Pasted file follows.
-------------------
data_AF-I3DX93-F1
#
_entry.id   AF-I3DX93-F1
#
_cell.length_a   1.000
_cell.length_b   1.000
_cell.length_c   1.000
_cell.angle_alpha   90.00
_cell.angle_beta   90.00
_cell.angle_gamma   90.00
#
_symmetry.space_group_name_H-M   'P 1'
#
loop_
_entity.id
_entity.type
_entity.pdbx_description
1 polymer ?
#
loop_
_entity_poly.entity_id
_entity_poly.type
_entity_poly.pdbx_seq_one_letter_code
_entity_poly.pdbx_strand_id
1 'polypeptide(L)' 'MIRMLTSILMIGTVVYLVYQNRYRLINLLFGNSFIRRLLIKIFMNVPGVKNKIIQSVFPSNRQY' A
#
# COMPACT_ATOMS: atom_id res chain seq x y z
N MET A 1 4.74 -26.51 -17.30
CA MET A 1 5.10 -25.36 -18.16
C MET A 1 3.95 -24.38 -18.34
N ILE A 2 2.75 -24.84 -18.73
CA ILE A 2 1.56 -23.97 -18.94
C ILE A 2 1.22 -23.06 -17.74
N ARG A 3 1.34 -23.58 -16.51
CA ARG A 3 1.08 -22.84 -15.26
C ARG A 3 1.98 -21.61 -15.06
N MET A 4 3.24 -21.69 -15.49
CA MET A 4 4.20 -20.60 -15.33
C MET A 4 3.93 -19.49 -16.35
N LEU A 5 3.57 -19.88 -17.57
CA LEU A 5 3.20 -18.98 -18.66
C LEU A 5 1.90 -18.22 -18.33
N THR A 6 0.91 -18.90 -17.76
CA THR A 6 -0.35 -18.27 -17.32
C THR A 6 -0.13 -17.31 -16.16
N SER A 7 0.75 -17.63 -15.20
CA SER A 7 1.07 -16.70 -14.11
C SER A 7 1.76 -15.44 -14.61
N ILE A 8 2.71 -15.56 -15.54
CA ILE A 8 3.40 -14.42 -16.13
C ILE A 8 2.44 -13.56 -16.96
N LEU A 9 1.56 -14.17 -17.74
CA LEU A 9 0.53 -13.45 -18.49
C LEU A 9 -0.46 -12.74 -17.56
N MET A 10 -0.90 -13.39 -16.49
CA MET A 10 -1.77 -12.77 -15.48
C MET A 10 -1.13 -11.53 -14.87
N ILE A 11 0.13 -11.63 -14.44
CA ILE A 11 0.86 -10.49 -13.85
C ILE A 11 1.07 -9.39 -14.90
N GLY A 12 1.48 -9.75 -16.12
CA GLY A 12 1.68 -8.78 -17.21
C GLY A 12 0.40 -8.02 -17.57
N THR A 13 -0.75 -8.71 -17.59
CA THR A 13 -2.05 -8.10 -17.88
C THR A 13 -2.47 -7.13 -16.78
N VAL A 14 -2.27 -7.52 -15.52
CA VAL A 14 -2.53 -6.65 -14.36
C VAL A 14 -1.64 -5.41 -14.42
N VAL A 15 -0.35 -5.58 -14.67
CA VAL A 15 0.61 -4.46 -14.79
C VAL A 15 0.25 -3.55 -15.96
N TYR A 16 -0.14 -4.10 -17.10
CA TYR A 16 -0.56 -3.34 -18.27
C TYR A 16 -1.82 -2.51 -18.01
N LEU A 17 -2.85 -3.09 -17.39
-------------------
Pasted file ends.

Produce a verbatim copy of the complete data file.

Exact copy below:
data_AF-I3DX93-F1
#
_entry.id   AF-I3DX93-F1
#
_cell.length_a   1.000
_cell.length_b   1.000
_cell.length_c   1.000
_cell.angle_alpha   90.00
_cell.angle_beta   90.00
_cell.angle_gamma   90.00
#
_symmetry.space_group_name_H-M   'P 1'
#
loop_
_entity.id
_entity.type
_entity.pdbx_description
1 polymer ?
#
loop_
_entity_poly.entity_id
_entity_poly.type
_entity_poly.pdbx_seq_one_letter_code
_entity_poly.pdbx_strand_id
1 'polypeptide(L)' 'MIRMLTSILMIGTVVYLVYQNRYRLINLLFGNSFIRRLLIKIFMNVPGVKNKIIQSVFPSNRQY' A
#
# COMPACT_ATOMS: atom_id res chain seq x y z
N MET A 1 4.74 -26.51 -17.30
CA MET A 1 5.10 -25.36 -18.16
C MET A 1 3.95 -24.38 -18.34
N ILE A 2 2.75 -24.84 -18.73
CA ILE A 2 1.56 -23.97 -18.94
C ILE A 2 1.22 -23.06 -17.74
N ARG A 3 1.34 -23.58 -16.51
CA ARG A 3 1.08 -22.84 -15.26
C ARG A 3 1.98 -21.61 -15.06
N MET A 4 3.24 -21.69 -15.49
CA MET A 4 4.20 -20.60 -15.33
C MET A 4 3.93 -19.49 -16.35
N LEU A 5 3.57 -19.88 -17.57
CA LEU A 5 3.20 -18.98 -18.66
C LEU A 5 1.90 -18.22 -18.33
N THR A 6 0.91 -18.90 -17.76
CA THR A 6 -0.35 -18.27 -17.32
C THR A 6 -0.13 -17.31 -16.16
N SER A 7 0.75 -17.63 -15.20
CA SER A 7 1.07 -16.70 -14.11
C SER A 7 1.76 -15.44 -14.61
N ILE A 8 2.71 -15.56 -15.54
CA ILE A 8 3.40 -14.42 -16.13
C ILE A 8 2.44 -13.56 -16.96
N LEU A 9 1.56 -14.17 -17.74
CA LEU A 9 0.53 -13.45 -18.49
C LEU A 9 -0.46 -12.74 -17.56
N MET A 10 -0.90 -13.39 -16.49
CA MET A 10 -1.77 -12.77 -15.48
C MET A 10 -1.13 -11.53 -14.87
N ILE A 11 0.13 -11.63 -14.44
CA ILE A 11 0.86 -10.49 -13.85
C ILE A 11 1.07 -9.39 -14.90
N GLY A 12 1.48 -9.75 -16.12
CA GLY A 12 1.68 -8.78 -17.21
C GLY A 12 0.40 -8.02 -17.57
N THR A 13 -0.75 -8.71 -17.59
CA THR A 13 -2.05 -8.10 -17.88
C THR A 13 -2.47 -7.13 -16.78
N VAL A 14 -2.27 -7.52 -15.52
CA VAL A 14 -2.53 -6.65 -14.36
C VAL A 14 -1.64 -5.41 -14.42
N VAL A 15 -0.35 -5.58 -14.67
CA VAL A 15 0.61 -4.46 -14.79
C VAL A 15 0.25 -3.55 -15.96
N TYR A 16 -0.14 -4.10 -17.10
CA TYR A 16 -0.56 -3.34 -18.27
C TYR A 16 -1.82 -2.51 -18.01
N LEU A 17 -2.85 -3.09 -17.39